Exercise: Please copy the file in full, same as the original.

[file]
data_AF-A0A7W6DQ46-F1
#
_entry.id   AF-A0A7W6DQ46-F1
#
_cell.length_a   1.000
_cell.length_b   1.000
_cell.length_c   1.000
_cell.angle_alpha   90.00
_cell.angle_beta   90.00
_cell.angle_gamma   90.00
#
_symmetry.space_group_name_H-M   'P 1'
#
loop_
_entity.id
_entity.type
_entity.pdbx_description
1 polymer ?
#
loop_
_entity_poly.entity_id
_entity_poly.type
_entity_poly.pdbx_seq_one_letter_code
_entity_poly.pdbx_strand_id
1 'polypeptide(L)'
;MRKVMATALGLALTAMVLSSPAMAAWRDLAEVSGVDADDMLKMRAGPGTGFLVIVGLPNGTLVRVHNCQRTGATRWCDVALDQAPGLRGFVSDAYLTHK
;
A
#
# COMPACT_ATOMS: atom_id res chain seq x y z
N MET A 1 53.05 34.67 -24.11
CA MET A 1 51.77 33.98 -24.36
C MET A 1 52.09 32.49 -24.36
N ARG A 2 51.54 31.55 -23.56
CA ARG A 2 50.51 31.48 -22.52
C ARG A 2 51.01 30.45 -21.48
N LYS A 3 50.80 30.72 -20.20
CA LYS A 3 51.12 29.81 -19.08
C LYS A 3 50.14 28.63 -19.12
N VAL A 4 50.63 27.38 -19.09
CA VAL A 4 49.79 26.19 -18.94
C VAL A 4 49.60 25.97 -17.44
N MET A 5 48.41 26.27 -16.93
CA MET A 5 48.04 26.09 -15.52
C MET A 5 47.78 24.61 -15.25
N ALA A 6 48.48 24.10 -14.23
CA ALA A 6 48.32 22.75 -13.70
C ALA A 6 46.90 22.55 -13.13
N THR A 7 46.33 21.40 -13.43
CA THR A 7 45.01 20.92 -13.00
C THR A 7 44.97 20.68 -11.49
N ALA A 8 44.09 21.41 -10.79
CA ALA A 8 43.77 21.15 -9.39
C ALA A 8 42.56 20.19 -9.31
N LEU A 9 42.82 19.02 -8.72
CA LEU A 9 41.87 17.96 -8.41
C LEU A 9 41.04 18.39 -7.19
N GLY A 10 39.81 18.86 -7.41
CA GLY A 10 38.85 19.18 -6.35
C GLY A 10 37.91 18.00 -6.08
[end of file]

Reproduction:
data_AF-A0A7W6DQ46-F1
#
_entry.id   AF-A0A7W6DQ46-F1
#
_cell.length_a   1.000
_cell.length_b   1.000
_cell.length_c   1.000
_cell.angle_alpha   90.00
_cell.angle_beta   90.00
_cell.angle_gamma   90.00
#
_symmetry.space_group_name_H-M   'P 1'
#
loop_
_entity.id
_entity.type
_entity.pdbx_description
1 polymer ?
#
loop_
_entity_poly.entity_id
_entity_poly.type
_entity_poly.pdbx_seq_one_letter_code
_entity_poly.pdbx_strand_id
1 'polypeptide(L)'
;MRKVMATALGLALTAMVLSSPAMAAWRDLAEVSGVDADDMLKMRAGPGTGFLVIVGLPNGTLVRVHNCQRTGATRWCDVALDQAPGLRGFVSDAYLTHK
;
A
#
# COMPACT_ATOMS: atom_id res chain seq x y z
N MET A 1 53.05 34.67 -24.11
CA MET A 1 51.77 33.98 -24.36
C MET A 1 52.09 32.49 -24.36
N ARG A 2 51.54 31.55 -23.56
CA ARG A 2 50.51 31.48 -22.52
C ARG A 2 51.01 30.45 -21.48
N LYS A 3 50.80 30.72 -20.20
CA LYS A 3 51.12 29.81 -19.08
C LYS A 3 50.14 28.63 -19.12
N VAL A 4 50.63 27.38 -19.09
CA VAL A 4 49.79 26.19 -18.94
C VAL A 4 49.60 25.97 -17.44
N MET A 5 48.41 26.27 -16.93
CA MET A 5 48.04 26.09 -15.52
C MET A 5 47.78 24.61 -15.25
N ALA A 6 48.48 24.10 -14.23
CA ALA A 6 48.32 22.75 -13.70
C ALA A 6 46.90 22.55 -13.13
N THR A 7 46.33 21.40 -13.43
CA THR A 7 45.01 20.92 -13.00
C THR A 7 44.97 20.68 -11.49
N ALA A 8 44.09 21.41 -10.79
CA ALA A 8 43.77 21.15 -9.39
C ALA A 8 42.56 20.19 -9.31
N LEU A 9 42.82 19.02 -8.72
CA LEU A 9 41.87 17.96 -8.41
C LEU A 9 41.04 18.39 -7.19
N GLY A 10 39.81 18.86 -7.41
CA GLY A 10 38.85 19.18 -6.35
C GLY A 10 37.91 18.00 -6.08